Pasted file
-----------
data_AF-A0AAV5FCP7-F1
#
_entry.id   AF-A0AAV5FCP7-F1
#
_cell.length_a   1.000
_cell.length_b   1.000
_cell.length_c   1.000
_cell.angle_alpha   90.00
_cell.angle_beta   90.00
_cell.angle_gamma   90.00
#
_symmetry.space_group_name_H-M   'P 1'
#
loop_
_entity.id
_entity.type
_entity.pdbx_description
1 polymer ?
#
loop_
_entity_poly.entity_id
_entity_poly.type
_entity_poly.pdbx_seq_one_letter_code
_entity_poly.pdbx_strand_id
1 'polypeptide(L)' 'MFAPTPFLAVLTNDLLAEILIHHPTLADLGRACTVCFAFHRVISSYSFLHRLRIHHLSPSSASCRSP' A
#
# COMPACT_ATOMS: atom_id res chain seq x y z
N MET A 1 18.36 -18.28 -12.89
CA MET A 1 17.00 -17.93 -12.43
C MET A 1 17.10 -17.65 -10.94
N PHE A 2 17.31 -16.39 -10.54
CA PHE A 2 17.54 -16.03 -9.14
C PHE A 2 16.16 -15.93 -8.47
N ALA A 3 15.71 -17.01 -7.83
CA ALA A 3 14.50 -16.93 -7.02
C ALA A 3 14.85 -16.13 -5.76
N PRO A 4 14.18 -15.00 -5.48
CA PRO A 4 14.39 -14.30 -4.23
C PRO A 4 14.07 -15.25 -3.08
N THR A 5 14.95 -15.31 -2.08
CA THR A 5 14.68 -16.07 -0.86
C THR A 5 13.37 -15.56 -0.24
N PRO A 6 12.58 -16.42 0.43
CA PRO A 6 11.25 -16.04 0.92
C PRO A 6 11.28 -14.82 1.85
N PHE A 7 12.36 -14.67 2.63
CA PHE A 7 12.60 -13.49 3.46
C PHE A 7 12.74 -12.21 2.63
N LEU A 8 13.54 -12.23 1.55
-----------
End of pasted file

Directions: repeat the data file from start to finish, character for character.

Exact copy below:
data_AF-A0AAV5FCP7-F1
#
_entry.id   AF-A0AAV5FCP7-F1
#
_cell.length_a   1.000
_cell.length_b   1.000
_cell.length_c   1.000
_cell.angle_alpha   90.00
_cell.angle_beta   90.00
_cell.angle_gamma   90.00
#
_symmetry.space_group_name_H-M   'P 1'
#
loop_
_entity.id
_entity.type
_entity.pdbx_description
1 polymer ?
#
loop_
_entity_poly.entity_id
_entity_poly.type
_entity_poly.pdbx_seq_one_letter_code
_entity_poly.pdbx_strand_id
1 'polypeptide(L)' 'MFAPTPFLAVLTNDLLAEILIHHPTLADLGRACTVCFAFHRVISSYSFLHRLRIHHLSPSSASCRSP' A
#
# COMPACT_ATOMS: atom_id res chain seq x y z
N MET A 1 18.36 -18.28 -12.89
CA MET A 1 17.00 -17.93 -12.43
C MET A 1 17.10 -17.65 -10.94
N PHE A 2 17.31 -16.39 -10.54
CA PHE A 2 17.54 -16.03 -9.14
C PHE A 2 16.16 -15.93 -8.47
N ALA A 3 15.71 -17.01 -7.83
CA ALA A 3 14.50 -16.93 -7.02
C ALA A 3 14.85 -16.13 -5.76
N PRO A 4 14.18 -15.00 -5.48
CA PRO A 4 14.39 -14.30 -4.23
C PRO A 4 14.07 -15.25 -3.08
N THR A 5 14.95 -15.31 -2.08
CA THR A 5 14.68 -16.07 -0.86
C THR A 5 13.37 -15.56 -0.24
N PRO A 6 12.58 -16.42 0.43
CA PRO A 6 11.25 -16.04 0.92
C PRO A 6 11.28 -14.82 1.85
N PHE A 7 12.36 -14.67 2.63
CA PHE A 7 12.60 -13.49 3.46
C PHE A 7 12.74 -12.21 2.63
N LEU A 8 13.54 -12.23 1.55